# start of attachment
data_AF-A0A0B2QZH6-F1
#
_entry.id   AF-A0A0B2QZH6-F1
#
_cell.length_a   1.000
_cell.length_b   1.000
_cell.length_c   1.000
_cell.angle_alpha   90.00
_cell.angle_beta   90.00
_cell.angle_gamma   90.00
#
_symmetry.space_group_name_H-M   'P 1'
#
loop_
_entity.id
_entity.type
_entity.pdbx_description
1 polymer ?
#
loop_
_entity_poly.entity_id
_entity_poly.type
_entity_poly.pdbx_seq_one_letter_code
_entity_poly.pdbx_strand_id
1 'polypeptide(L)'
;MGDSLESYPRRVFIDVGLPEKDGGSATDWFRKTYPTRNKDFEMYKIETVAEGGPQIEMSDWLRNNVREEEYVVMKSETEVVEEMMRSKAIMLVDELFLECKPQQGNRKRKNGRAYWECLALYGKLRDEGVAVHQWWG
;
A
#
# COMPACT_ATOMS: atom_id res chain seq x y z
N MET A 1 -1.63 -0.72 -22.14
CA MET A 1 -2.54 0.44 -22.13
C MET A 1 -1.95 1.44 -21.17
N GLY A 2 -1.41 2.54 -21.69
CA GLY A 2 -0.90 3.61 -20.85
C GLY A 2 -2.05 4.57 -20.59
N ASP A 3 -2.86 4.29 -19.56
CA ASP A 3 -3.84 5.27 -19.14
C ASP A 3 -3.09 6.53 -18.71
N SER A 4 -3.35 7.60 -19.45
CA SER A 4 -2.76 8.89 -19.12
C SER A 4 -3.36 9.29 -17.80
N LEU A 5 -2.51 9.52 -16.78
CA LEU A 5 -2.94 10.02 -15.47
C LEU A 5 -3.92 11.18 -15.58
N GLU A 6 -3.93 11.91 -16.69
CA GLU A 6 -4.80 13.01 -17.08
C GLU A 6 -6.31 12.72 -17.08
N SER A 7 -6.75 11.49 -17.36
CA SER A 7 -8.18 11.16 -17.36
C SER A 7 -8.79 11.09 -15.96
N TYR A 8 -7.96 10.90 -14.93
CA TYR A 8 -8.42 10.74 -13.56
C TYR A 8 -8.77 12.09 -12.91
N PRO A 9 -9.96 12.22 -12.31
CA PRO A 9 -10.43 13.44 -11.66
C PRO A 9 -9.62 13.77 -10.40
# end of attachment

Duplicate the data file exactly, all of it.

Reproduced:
data_AF-A0A0B2QZH6-F1
#
_entry.id   AF-A0A0B2QZH6-F1
#
_cell.length_a   1.000
_cell.length_b   1.000
_cell.length_c   1.000
_cell.angle_alpha   90.00
_cell.angle_beta   90.00
_cell.angle_gamma   90.00
#
_symmetry.space_group_name_H-M   'P 1'
#
loop_
_entity.id
_entity.type
_entity.pdbx_description
1 polymer ?
#
loop_
_entity_poly.entity_id
_entity_poly.type
_entity_poly.pdbx_seq_one_letter_code
_entity_poly.pdbx_strand_id
1 'polypeptide(L)'
;MGDSLESYPRRVFIDVGLPEKDGGSATDWFRKTYPTRNKDFEMYKIETVAEGGPQIEMSDWLRNNVREEEYVVMKSETEVVEEMMRSKAIMLVDELFLECKPQQGNRKRKNGRAYWECLALYGKLRDEGVAVHQWWG
;
A
#
# COMPACT_ATOMS: atom_id res chain seq x y z
N MET A 1 -1.63 -0.72 -22.14
CA MET A 1 -2.54 0.44 -22.13
C MET A 1 -1.95 1.44 -21.17
N GLY A 2 -1.41 2.54 -21.69
CA GLY A 2 -0.90 3.61 -20.85
C GLY A 2 -2.05 4.57 -20.59
N ASP A 3 -2.86 4.29 -19.56
CA ASP A 3 -3.84 5.27 -19.14
C ASP A 3 -3.09 6.53 -18.71
N SER A 4 -3.35 7.60 -19.45
CA SER A 4 -2.76 8.89 -19.12
C SER A 4 -3.36 9.29 -17.80
N LEU A 5 -2.51 9.52 -16.78
CA LEU A 5 -2.94 10.02 -15.47
C LEU A 5 -3.92 11.18 -15.58
N GLU A 6 -3.93 11.91 -16.69
CA GLU A 6 -4.80 13.01 -17.08
C GLU A 6 -6.31 12.72 -17.08
N SER A 7 -6.75 11.49 -17.36
CA SER A 7 -8.18 11.16 -17.36
C SER A 7 -8.79 11.09 -15.96
N TYR A 8 -7.96 10.90 -14.93
CA TYR A 8 -8.42 10.74 -13.56
C TYR A 8 -8.77 12.09 -12.91
N PRO A 9 -9.96 12.22 -12.31
CA PRO A 9 -10.43 13.44 -11.66
C PRO A 9 -9.62 13.77 -10.40